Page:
Today, Premier Kathleen Wynne gave a speech at the Toronto Region Board of Trade highlighting Ontario’s plan to support Ontario workers and businesses, promote the benefits of free trade and enhance economic competitiveness in a period of economic uncertainty.
Premier Wynne discussed the province’s active and ongoing engagement with U.S. leaders on NAFTA and her efforts to explore new opportunities with individual U.S. states to create growth and improve innovation. The Premier delivered her speech before heading to Washington, D.C., to participate in the National Governors Association Winter Meeting, where she will connect with key partners to continue building relationships and underscoring the value of Ontario-U.S. trade and partnership to our shared prosperity and regional competitiveness.
In her speech, the Premier also addressed concerns from Ontario’s automotive and agricultural sectors over the current state of NAFTA renegotiations as well as the federal government’s decision to sign the Comprehensive and Progressive Agreement for Trans-Pacific Partnership (CP-TPP), noting both the opportunities and challenges these trade developments pose for key Ontario industries.
The Premier reiterated her support for new opportunities for free trade, but made clear that the benefits of enhanced trade should not come at the expense of Ontario’s auto workers, farmers and food producers. Premier Wynne called on the federal government to fulfill their commitment to provide transitional assistance to help Ontario’s automotive and agri-food sectors adjust to the new realities created by the CP-TPP before ratifying the deal. The province is requesting at least $1.26 billion over 10 years in assistance for the auto sector and at least $1.4 billion over 10 years for the agri-food sector in Ontario.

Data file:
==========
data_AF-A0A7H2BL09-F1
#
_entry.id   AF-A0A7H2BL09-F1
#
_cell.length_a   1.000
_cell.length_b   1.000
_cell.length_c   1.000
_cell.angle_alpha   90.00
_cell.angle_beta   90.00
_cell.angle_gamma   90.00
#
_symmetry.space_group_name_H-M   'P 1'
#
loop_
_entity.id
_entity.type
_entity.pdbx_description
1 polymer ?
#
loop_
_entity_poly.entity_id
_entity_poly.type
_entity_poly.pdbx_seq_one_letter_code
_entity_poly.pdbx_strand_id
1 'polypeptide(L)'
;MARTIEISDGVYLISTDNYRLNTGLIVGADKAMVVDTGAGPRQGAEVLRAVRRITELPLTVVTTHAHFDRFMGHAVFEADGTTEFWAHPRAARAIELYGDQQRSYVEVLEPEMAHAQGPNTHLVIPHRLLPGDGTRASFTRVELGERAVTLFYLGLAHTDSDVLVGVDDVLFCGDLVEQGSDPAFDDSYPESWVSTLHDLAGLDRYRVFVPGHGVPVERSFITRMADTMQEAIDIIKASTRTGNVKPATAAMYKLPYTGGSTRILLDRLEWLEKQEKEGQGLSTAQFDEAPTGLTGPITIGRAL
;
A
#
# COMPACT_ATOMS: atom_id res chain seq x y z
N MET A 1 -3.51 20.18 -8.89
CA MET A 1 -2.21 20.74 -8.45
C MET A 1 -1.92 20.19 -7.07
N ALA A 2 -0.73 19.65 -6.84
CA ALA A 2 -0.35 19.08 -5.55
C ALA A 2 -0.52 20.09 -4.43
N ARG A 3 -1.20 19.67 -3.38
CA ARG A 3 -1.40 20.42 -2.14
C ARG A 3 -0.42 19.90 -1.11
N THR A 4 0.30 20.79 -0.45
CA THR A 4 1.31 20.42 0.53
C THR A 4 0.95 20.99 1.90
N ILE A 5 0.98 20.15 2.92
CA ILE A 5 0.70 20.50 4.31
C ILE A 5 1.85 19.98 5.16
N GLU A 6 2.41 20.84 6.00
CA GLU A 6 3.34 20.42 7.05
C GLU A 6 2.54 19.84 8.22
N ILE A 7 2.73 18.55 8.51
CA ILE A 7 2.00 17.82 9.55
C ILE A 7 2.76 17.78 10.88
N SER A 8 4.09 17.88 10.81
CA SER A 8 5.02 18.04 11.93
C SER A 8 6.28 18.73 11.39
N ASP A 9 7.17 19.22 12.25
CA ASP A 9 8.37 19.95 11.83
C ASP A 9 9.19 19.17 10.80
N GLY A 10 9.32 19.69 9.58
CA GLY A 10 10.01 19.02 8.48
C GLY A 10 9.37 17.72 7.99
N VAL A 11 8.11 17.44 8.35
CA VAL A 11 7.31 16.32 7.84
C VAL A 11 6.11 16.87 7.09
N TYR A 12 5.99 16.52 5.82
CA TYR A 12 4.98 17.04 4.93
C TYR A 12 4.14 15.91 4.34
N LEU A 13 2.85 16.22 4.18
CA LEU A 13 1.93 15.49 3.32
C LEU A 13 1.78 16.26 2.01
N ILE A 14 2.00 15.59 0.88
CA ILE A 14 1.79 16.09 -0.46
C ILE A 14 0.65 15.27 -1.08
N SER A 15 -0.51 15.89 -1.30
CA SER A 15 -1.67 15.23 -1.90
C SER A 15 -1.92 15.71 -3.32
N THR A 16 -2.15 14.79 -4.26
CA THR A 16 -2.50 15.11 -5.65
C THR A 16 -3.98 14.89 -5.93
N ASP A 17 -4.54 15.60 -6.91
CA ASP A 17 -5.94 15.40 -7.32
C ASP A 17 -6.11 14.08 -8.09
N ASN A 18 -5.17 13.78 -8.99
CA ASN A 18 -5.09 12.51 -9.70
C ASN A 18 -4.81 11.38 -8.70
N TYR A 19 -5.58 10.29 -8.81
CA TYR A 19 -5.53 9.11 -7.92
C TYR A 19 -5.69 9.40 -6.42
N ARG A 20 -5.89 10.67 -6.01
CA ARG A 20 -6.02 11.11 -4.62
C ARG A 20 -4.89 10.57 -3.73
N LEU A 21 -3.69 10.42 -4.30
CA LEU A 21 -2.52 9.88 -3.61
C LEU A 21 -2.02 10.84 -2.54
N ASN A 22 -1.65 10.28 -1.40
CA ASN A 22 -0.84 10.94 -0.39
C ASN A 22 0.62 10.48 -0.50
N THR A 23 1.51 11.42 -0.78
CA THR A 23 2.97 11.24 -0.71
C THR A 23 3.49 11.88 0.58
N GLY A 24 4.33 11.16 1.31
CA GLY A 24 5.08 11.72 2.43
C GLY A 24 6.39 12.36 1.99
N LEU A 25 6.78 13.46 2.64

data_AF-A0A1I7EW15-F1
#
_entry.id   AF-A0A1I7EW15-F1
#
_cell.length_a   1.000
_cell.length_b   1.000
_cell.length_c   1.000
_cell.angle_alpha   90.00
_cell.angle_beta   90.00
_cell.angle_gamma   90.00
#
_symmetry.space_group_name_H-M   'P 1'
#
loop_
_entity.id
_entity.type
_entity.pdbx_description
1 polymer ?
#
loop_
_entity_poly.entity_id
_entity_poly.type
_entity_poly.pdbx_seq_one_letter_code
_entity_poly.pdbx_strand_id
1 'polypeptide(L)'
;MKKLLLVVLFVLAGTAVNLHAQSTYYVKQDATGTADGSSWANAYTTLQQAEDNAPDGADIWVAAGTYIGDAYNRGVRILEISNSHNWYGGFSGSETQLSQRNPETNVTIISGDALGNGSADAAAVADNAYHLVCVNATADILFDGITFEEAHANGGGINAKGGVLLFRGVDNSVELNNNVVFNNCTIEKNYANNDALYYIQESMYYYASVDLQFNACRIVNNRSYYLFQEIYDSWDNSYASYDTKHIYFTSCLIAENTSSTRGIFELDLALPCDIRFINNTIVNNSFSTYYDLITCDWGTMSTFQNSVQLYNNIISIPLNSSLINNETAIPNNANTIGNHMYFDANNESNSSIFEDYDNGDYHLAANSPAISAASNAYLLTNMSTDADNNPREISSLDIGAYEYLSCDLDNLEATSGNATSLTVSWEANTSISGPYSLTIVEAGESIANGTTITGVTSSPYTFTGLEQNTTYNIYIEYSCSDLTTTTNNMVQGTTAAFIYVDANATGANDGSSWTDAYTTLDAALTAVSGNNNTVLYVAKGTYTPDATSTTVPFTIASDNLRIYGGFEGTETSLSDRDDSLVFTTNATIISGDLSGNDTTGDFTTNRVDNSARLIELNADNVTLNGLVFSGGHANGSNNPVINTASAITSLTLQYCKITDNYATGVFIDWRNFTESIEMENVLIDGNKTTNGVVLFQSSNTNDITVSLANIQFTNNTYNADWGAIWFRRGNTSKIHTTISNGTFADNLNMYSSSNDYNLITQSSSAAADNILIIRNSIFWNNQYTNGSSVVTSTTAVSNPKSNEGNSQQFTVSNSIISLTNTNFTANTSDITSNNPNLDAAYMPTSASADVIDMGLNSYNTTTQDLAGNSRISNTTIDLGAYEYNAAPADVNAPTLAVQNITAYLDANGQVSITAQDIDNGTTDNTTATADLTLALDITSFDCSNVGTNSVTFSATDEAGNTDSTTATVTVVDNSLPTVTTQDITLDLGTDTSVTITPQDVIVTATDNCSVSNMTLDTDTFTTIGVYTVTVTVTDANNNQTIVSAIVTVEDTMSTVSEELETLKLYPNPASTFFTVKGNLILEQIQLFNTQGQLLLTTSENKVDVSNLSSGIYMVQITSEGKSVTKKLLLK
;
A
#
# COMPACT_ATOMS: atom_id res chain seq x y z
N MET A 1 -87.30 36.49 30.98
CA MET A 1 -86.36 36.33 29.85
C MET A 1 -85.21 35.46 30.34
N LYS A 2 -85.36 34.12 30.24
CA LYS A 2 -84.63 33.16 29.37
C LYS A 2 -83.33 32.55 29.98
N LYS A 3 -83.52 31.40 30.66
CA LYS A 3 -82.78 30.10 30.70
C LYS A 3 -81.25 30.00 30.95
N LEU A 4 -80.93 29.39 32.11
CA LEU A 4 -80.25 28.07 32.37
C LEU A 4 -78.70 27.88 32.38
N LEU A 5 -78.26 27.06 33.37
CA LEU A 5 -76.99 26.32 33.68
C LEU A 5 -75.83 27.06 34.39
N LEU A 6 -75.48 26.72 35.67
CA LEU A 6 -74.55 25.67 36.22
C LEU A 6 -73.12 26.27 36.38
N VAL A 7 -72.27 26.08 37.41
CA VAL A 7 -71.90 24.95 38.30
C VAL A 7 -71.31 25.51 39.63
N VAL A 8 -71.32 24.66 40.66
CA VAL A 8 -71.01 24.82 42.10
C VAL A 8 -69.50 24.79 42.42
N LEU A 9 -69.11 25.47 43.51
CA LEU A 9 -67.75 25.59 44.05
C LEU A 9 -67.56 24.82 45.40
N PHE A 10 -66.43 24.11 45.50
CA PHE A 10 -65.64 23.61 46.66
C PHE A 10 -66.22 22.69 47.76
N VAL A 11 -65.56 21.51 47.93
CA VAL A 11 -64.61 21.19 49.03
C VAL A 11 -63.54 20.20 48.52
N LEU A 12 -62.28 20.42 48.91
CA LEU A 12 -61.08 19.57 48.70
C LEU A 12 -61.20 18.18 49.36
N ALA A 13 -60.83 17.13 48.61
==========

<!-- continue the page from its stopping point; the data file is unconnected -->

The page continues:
Standing up for Ontario’s agri-food and automotive workers is part of Ontario’s plan to create fairness and opportunity during this period of rapid economic change. The plan includes a higher minimum wage and better working conditions, free tuition for hundreds of thousands of students, easier access to affordable child care, and free prescription drugs for everyone under 25 through the biggest expansion of medicare in a generation.
- In 2016, Ontario’s auto sector contributed over $16 billion to the province’s GDP.
- Vehicle assembly and auto parts production directly supports more than 100,000 jobs in Ontario, with hundreds of thousands more spin-off jobs across the province.
- Ontario’s agri-food sector contributes $37.6 billion to the province’s GDP.
- More than 800,000 people work in Ontario’s agri-food sector — or 11.5 per cent of the total labour force.